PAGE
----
Grains Research and Development

Date: 28.05.2015

Weather essentials for pesticide application

Cover page of Weather Essentials for Pesticide Application booklet by Graeme Tepper for GRDC.

Typically, there is a short window of opportunity to safely and efficiently control pests and diseases in agricultural crops. The opportunity may be shortened by unsuitable weather conditions. It is therefore essential that spray applicators are able to identify and react to weather conditions at a local scale.

Weather Essentials for Pesticide Application aims to help those applying pesticides to understand, observe and interpret local weather elements. This knowledge will help them plan and effectively execute spray applications to avoid spray drift.

The weather factors that are important to the application of pesticides can be significantly and critically different to conditions indicated by weather forecasts, weather maps and off-site weather observations – especially overnight and into mid-morning.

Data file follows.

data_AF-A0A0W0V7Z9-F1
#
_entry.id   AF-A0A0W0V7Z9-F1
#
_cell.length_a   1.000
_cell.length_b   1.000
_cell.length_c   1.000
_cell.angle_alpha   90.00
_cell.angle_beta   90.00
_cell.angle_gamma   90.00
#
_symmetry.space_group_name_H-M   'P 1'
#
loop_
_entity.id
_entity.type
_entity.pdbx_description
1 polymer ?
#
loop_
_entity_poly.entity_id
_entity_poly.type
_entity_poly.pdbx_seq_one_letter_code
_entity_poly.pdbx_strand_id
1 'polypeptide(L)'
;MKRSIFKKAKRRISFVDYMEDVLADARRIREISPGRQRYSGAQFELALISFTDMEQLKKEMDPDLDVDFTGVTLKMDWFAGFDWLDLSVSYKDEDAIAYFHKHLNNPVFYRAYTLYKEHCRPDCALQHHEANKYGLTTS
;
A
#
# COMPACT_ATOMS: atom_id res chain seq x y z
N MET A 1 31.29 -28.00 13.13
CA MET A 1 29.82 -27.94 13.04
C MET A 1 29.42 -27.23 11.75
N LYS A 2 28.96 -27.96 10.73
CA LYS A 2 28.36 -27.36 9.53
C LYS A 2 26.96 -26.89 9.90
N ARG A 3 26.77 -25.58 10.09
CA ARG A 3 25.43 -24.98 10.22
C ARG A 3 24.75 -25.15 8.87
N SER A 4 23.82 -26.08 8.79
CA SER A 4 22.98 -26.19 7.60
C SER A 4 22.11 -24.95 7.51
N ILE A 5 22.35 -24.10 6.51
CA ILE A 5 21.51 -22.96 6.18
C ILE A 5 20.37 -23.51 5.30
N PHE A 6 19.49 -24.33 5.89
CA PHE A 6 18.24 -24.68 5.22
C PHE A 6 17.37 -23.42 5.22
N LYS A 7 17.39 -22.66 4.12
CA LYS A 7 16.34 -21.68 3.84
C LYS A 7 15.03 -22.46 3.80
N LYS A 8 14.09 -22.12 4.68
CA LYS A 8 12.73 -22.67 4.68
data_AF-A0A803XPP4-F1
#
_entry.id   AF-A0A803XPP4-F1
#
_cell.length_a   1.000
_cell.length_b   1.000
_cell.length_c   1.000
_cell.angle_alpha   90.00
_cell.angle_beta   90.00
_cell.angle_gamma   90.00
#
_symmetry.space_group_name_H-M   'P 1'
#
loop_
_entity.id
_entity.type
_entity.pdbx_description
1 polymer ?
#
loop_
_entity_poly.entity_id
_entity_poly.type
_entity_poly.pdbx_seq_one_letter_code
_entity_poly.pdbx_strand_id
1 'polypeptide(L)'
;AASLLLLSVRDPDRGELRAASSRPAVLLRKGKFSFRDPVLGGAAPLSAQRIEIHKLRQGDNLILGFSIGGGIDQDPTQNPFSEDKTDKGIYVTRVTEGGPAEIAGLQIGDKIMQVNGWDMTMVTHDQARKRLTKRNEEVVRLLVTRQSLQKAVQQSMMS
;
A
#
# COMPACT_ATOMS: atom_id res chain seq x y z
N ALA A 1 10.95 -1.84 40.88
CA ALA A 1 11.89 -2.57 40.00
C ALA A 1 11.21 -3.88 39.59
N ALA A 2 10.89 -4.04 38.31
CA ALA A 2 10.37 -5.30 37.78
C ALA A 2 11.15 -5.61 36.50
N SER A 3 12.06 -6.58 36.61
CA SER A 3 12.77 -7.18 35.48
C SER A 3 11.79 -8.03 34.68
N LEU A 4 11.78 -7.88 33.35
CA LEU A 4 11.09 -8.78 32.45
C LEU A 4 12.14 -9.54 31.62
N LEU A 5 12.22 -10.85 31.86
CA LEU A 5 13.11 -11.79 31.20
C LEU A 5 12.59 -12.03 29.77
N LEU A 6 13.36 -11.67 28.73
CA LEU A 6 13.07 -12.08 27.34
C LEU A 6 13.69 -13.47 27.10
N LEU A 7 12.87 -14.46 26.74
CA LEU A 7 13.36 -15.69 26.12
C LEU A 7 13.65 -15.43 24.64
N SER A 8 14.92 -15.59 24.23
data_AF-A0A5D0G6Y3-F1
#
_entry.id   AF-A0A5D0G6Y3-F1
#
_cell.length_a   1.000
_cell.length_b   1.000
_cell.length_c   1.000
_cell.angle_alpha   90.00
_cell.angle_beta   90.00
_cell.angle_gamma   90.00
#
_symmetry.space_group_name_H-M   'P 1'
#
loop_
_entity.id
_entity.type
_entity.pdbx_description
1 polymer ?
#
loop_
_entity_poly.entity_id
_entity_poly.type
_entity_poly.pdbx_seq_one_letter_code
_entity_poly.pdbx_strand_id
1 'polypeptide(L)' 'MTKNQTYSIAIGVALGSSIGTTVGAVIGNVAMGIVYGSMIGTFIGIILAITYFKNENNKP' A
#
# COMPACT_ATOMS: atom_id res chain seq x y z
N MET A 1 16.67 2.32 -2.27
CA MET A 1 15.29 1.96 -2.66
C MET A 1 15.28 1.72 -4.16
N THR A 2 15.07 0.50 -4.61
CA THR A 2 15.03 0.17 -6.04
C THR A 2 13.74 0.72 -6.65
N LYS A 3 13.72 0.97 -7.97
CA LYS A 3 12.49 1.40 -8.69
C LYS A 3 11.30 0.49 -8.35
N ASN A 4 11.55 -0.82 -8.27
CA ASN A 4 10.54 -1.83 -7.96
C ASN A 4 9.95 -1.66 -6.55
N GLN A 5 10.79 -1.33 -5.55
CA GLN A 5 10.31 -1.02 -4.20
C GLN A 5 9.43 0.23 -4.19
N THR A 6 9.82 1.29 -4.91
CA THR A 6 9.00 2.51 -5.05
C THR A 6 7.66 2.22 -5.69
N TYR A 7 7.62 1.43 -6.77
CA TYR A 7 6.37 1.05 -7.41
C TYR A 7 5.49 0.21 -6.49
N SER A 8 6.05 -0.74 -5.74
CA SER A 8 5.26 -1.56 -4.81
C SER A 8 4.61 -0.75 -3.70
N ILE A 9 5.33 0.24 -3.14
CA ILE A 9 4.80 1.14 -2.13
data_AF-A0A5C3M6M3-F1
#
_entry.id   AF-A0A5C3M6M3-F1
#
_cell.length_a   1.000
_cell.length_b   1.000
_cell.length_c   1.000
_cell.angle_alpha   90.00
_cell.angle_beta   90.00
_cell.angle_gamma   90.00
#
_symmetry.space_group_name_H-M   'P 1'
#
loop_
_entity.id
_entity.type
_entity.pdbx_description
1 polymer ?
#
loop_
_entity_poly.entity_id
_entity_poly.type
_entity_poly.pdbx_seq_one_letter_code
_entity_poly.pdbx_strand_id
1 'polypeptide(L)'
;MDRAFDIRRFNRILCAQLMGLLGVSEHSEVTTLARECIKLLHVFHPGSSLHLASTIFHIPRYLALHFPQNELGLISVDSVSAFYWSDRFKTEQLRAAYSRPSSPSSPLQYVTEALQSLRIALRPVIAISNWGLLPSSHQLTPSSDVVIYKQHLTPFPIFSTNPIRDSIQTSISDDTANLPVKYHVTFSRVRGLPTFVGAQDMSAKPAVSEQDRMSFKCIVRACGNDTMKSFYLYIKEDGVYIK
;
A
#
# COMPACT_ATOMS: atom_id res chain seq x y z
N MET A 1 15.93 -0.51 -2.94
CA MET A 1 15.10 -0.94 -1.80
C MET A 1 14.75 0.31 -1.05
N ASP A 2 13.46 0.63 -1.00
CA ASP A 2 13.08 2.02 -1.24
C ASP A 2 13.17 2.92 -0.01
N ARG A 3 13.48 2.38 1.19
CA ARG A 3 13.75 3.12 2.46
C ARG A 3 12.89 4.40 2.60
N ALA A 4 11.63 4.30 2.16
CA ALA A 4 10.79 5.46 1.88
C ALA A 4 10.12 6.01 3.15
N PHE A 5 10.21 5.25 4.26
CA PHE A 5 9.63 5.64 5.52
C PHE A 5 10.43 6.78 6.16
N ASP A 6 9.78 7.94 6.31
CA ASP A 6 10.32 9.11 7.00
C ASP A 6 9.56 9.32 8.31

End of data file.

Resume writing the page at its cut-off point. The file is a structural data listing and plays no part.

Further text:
The weather factors that need to be considered before and while applying pesticides are:

  • atmospheric stability (including up and down air currents); 
  • wind speed, direction and turbulence; 
  • temperature; and 
  • humidity.

Research has found that spray particles are likely to drift further and in higher concentrations when the atmosphere is stable and where there is a surface temperature inversion.

Field tests indicate that the greatest drift deposits occurred with relatively high wind speeds, coupled with a temperature inversion and spray in the small droplet spectra (about 200μm) (Bird 1995).

It is essential that all spray-rig operators understand how to recognise, and respond to, these weather factors to minimise the risk of spray drift and maximise the potential for the pesticide to reach the appropriate target.

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Author:
Graeme Tepper

Cost:
$10.00

Editor:
Emma Leonard, AgriKnowHow

Order number:
GRDC699

Organisation:
GRDC & MicroMeteorological Research and Educational Services (MRES)

Published:
First published February 2012, revised January 2014.

Published by:
GRDC